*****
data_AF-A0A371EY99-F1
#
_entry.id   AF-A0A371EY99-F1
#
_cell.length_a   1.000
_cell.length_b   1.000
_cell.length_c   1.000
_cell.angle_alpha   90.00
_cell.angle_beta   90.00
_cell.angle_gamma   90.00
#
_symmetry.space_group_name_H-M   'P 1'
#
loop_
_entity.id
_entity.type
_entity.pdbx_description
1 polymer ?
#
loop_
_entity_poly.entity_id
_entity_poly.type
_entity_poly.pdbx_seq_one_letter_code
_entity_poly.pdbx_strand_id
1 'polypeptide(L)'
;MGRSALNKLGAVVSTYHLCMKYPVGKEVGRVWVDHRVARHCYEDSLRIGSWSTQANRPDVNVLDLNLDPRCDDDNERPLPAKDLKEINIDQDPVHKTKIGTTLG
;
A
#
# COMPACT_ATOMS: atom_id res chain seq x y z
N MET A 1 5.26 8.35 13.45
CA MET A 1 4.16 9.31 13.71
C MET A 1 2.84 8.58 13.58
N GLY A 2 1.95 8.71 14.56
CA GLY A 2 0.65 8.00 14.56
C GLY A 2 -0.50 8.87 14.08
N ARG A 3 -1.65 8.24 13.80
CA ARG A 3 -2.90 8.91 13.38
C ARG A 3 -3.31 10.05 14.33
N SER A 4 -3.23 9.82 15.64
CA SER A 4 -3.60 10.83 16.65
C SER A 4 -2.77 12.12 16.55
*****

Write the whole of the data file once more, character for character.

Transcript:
data_AF-A0A371EY99-F1
#
_entry.id   AF-A0A371EY99-F1
#
_cell.length_a   1.000
_cell.length_b   1.000
_cell.length_c   1.000
_cell.angle_alpha   90.00
_cell.angle_beta   90.00
_cell.angle_gamma   90.00
#
_symmetry.space_group_name_H-M   'P 1'
#
loop_
_entity.id
_entity.type
_entity.pdbx_description
1 polymer ?
#
loop_
_entity_poly.entity_id
_entity_poly.type
_entity_poly.pdbx_seq_one_letter_code
_entity_poly.pdbx_strand_id
1 'polypeptide(L)'
;MGRSALNKLGAVVSTYHLCMKYPVGKEVGRVWVDHRVARHCYEDSLRIGSWSTQANRPDVNVLDLNLDPRCDDDNERPLPAKDLKEINIDQDPVHKTKIGTTLG
;
A
#
# COMPACT_ATOMS: atom_id res chain seq x y z
N MET A 1 5.26 8.35 13.45
CA MET A 1 4.16 9.31 13.71
C MET A 1 2.84 8.58 13.58
N GLY A 2 1.95 8.71 14.56
CA GLY A 2 0.65 8.00 14.56
C GLY A 2 -0.50 8.87 14.08
N ARG A 3 -1.65 8.24 13.80
CA ARG A 3 -2.90 8.91 13.38
C ARG A 3 -3.31 10.05 14.33
N SER A 4 -3.23 9.82 15.64
CA SER A 4 -3.60 10.83 16.65
C SER A 4 -2.77 12.12 16.55